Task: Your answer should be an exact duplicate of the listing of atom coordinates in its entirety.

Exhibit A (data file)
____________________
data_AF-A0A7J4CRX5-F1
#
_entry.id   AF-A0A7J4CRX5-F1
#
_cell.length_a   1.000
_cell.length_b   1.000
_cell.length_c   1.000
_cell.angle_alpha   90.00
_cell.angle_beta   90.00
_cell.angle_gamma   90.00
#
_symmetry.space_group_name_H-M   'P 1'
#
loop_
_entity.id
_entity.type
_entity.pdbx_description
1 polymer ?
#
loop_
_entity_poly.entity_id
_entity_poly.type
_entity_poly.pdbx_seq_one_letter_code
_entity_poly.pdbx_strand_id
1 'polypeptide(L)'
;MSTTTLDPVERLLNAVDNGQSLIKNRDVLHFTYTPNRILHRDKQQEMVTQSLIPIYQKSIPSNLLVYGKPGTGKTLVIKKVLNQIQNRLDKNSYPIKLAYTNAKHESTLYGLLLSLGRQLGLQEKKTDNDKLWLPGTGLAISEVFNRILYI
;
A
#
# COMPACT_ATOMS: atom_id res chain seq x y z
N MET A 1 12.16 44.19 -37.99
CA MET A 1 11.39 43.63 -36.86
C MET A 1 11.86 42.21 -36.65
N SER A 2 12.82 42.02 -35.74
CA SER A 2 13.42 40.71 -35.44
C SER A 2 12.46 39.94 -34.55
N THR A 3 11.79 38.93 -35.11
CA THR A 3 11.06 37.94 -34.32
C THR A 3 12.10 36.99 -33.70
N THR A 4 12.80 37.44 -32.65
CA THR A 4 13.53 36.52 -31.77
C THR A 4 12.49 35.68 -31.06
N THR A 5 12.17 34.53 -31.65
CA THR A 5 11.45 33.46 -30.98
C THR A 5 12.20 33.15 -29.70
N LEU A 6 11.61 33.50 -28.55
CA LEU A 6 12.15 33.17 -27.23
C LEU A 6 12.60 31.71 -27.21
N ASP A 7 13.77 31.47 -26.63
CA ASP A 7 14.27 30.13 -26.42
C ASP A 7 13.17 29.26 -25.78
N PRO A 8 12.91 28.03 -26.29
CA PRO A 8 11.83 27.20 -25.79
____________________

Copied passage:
data_AF-A0A7J4CRX5-F1
#
_entry.id   AF-A0A7J4CRX5-F1
#
_cell.length_a   1.000
_cell.length_b   1.000
_cell.length_c   1.000
_cell.angle_alpha   90.00
_cell.angle_beta   90.00
_cell.angle_gamma   90.00
#
_symmetry.space_group_name_H-M   'P 1'
#
loop_
_entity.id
_entity.type
_entity.pdbx_description
1 polymer ?
#
loop_
_entity_poly.entity_id
_entity_poly.type
_entity_poly.pdbx_seq_one_letter_code
_entity_poly.pdbx_strand_id
1 'polypeptide(L)'
;MSTTTLDPVERLLNAVDNGQSLIKNRDVLHFTYTPNRILHRDKQQEMVTQSLIPIYQKSIPSNLLVYGKPGTGKTLVIKKVLNQIQNRLDKNSYPIKLAYTNAKHESTLYGLLLSLGRQLGLQEKKTDNDKLWLPGTGLAISEVFNRILYI
;
A
#
# COMPACT_ATOMS: atom_id res chain seq x y z
N MET A 1 12.16 44.19 -37.99
CA MET A 1 11.39 43.63 -36.86
C MET A 1 11.86 42.21 -36.65
N SER A 2 12.82 42.02 -35.74
CA SER A 2 13.42 40.71 -35.44
C SER A 2 12.46 39.94 -34.55
N THR A 3 11.79 38.93 -35.11
CA THR A 3 11.06 37.94 -34.32
C THR A 3 12.10 36.99 -33.70
N THR A 4 12.80 37.44 -32.65
CA THR A 4 13.53 36.52 -31.77
C THR A 4 12.49 35.68 -31.06
N THR A 5 12.17 34.53 -31.65
CA THR A 5 11.45 33.46 -30.98
C THR A 5 12.20 33.15 -29.70
N LEU A 6 11.61 33.50 -28.55
CA LEU A 6 12.15 33.17 -27.23
C LEU A 6 12.60 31.71 -27.21
N ASP A 7 13.77 31.47 -26.63
CA ASP A 7 14.27 30.13 -26.42
C ASP A 7 13.17 29.26 -25.78
N PRO A 8 12.91 28.03 -26.29
CA PRO A 8 11.83 27.20 -25.79